- Jeremy Stoltzfus(jerdude)United States
This will be the first in a series of design diary posts from me. This one will focus on the journey from concept to published product, the following ones will focus on specific mechanics.
Back in 2014, after failing to gather a group of exactly 6 players for a Game of Thrones The Board Game session, I thought: “Man, I really wish this game didn’t need such an exact number of players to work correctly”. That’s the thought that spawned A War of Whispers.
For those unfamiliar with it, Game of Thrones features a set piece conflict between 6 warring factions. The battles start with the same exact state each time but can end up going in any direction. Along the way there is a fantastic amount of warfare, bluffing, backstabbing, intrigue, etc. It’s a fantastic game but without exactly 6 players - one controlling each faction - it falls apart. So what if you didn’t need a player for each faction? Who would the players be controlling if not the factions themselves? Well, since we’re talking about the Game of Thrones universe, the clear answer is: Varys. Everybody’s favorite Master of Whispers and spymaster. He is capable of shaping world politics without actually wielding any power at all. His power lies in his ability to manipulate these factions. So, in a War of Whispers, that’s essentially what you play: a secret society reshaping the world to fit your own ends by manipulating 5 major factions as they go to war.
Of course, it was a long road to get here, and the theme of that journey was: iteration. The first iterations were made from index cards and spare bits I badgered friends and family into playing. From there, I upgraded to printed prototypes and started bringing it to public playtesting events: Playtest Lancaster, UnPub, UnPub Mini, and Metatopias to name the bigger ones. In this phase it got played, critiqued, and refined by many other fantastic designers. Some of the best sessions I had were with Luke Peterschmidt and Jordan Martin from Fun to 11 who tore it apart and helped me build it back up again, and another with Curt Covert and a group of great designers at Metatopia who did the same later that year. It went through many iterations and slowly, gradually, it started shaping itself into a real game. A fun game.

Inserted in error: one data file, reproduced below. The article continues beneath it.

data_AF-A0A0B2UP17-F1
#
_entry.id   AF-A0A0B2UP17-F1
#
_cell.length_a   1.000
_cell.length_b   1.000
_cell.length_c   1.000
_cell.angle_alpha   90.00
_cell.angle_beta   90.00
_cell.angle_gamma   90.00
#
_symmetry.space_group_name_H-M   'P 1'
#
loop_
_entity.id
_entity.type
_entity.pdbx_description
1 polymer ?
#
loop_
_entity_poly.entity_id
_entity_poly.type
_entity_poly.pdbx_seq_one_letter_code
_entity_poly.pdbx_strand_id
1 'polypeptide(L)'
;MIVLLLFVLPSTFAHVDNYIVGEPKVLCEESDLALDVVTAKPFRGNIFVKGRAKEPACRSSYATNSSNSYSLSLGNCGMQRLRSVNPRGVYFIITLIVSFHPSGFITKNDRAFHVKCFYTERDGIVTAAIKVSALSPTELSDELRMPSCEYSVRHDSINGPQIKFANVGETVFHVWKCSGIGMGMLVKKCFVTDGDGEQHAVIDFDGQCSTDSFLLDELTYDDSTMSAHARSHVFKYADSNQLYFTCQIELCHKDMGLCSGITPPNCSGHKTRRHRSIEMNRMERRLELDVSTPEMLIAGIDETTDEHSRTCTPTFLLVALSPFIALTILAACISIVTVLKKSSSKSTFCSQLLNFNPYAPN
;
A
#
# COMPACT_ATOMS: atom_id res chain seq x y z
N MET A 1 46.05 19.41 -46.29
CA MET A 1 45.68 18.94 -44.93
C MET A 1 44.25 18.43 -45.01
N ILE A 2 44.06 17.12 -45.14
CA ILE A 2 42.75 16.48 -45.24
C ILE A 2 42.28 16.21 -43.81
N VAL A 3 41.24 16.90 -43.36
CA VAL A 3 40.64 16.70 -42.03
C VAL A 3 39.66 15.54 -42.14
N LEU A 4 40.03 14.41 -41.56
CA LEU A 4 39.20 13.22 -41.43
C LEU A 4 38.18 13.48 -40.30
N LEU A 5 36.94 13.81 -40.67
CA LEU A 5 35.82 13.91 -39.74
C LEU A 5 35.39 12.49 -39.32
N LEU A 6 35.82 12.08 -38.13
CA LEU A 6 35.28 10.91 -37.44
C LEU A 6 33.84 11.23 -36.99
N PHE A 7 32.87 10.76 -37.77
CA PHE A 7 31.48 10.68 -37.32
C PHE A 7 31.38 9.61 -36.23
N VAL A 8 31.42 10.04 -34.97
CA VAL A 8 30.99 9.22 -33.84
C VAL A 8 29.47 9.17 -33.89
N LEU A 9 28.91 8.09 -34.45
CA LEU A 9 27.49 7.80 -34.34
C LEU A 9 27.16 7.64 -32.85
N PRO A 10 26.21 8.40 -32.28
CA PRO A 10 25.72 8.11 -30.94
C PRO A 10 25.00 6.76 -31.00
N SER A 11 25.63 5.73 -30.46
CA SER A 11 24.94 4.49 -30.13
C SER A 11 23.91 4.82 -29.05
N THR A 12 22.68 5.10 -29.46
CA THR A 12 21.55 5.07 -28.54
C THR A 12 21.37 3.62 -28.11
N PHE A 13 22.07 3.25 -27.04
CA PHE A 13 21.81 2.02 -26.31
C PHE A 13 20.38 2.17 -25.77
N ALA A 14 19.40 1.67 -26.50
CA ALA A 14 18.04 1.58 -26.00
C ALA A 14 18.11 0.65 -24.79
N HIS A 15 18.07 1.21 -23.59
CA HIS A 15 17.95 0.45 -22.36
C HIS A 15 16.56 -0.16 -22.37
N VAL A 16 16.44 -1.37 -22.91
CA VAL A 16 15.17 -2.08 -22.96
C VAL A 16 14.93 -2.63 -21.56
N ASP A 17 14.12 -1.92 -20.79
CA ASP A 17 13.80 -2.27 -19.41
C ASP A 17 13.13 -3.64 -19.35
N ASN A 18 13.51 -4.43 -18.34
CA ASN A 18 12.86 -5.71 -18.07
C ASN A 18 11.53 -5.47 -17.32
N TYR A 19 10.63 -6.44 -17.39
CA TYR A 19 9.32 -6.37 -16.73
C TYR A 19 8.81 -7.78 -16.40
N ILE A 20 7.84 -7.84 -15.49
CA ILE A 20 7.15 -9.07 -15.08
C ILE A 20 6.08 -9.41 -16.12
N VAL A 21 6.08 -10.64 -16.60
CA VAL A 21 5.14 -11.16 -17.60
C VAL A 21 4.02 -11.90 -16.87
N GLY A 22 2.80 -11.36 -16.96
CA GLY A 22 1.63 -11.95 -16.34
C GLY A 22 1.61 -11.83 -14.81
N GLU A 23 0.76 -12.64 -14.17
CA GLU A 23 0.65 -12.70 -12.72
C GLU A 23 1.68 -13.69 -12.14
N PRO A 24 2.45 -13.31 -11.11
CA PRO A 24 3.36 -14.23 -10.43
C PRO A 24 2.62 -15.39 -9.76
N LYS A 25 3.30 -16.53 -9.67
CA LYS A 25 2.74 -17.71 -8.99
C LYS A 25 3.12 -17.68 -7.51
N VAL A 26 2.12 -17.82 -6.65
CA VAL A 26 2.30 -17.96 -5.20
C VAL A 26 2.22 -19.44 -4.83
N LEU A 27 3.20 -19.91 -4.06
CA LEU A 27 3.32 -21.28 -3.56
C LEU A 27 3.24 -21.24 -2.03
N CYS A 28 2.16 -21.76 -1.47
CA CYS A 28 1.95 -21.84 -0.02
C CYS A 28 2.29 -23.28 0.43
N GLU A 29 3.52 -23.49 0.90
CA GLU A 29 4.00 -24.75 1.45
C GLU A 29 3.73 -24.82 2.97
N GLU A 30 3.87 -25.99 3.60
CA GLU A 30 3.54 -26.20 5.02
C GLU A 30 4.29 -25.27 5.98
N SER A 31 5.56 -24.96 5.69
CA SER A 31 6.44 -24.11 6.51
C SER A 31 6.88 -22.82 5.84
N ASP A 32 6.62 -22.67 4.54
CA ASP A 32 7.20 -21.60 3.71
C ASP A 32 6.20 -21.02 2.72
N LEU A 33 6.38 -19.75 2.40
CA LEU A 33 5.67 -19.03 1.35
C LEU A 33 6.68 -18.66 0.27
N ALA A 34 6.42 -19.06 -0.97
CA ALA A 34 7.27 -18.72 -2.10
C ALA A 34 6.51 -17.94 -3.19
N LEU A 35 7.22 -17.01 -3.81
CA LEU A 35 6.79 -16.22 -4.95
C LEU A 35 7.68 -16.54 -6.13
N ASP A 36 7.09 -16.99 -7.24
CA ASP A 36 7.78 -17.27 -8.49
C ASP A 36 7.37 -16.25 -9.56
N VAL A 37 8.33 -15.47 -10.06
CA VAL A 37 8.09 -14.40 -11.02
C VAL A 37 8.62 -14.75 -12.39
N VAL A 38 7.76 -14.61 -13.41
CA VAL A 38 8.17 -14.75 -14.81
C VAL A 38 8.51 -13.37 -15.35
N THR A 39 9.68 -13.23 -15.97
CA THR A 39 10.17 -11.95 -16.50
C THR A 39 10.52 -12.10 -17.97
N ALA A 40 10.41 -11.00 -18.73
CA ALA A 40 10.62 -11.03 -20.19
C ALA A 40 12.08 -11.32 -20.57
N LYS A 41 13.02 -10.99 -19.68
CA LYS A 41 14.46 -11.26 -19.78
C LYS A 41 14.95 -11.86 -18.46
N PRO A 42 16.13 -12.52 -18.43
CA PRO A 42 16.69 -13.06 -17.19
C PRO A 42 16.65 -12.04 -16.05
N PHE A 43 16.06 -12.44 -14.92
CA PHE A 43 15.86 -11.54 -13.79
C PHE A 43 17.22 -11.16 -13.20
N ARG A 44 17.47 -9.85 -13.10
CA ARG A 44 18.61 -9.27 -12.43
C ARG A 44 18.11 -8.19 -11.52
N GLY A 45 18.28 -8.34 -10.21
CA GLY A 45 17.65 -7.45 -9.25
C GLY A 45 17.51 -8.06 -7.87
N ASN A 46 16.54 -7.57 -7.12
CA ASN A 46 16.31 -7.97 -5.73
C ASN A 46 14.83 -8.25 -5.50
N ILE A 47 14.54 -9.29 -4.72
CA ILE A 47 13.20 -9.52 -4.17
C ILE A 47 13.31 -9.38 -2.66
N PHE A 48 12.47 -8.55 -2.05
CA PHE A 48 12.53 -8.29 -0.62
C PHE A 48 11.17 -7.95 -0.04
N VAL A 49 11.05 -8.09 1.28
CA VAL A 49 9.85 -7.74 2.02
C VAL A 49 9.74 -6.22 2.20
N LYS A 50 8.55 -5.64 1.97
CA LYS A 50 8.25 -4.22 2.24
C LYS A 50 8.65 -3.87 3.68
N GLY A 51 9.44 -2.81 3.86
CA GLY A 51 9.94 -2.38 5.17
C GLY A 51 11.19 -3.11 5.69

This is about the time Game Salute got involved. I submitted it on their site and soon Dann May reached out to me requesting a copy. A few months later they played it at their annual company retreat and offered me a contract. I was thrilled, but I also knew what was coming: development. And what does development entail? More iteration! Fortunately, Game Salute has this down to a science. Once we got to this point, Dann spun up a copy on Tabletopia and we started playtesting it once a week every week. Each time with a different set of players and each week with a new set of tweaks and changes we made since the previous week’s test. This is where the game truly made the transition from a prototype into the final product.
And that brings me to today, as I sit here drooling over Tomasz’s amazing artwork and anxiously awaiting the crowdfunding campaign. In my next diary entries, I’ll get into the evolution and inspiration of some of the mechanics. In particular, the indirect faction control scheme, the area control elements, and the betting.
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- Gab PalAustralia
QLDTHE CAKE IS A LIE !!!
- Yes, that's the exact feeling I got as I investigated the game on your KS page. I felt this is the idea of playing the agents of Varys or Little Finger and pulling the strings. I really like it and look forward to the day my copy arrives!
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- Chris M(cmicha)United States
When might we see Design Diary Part Two?
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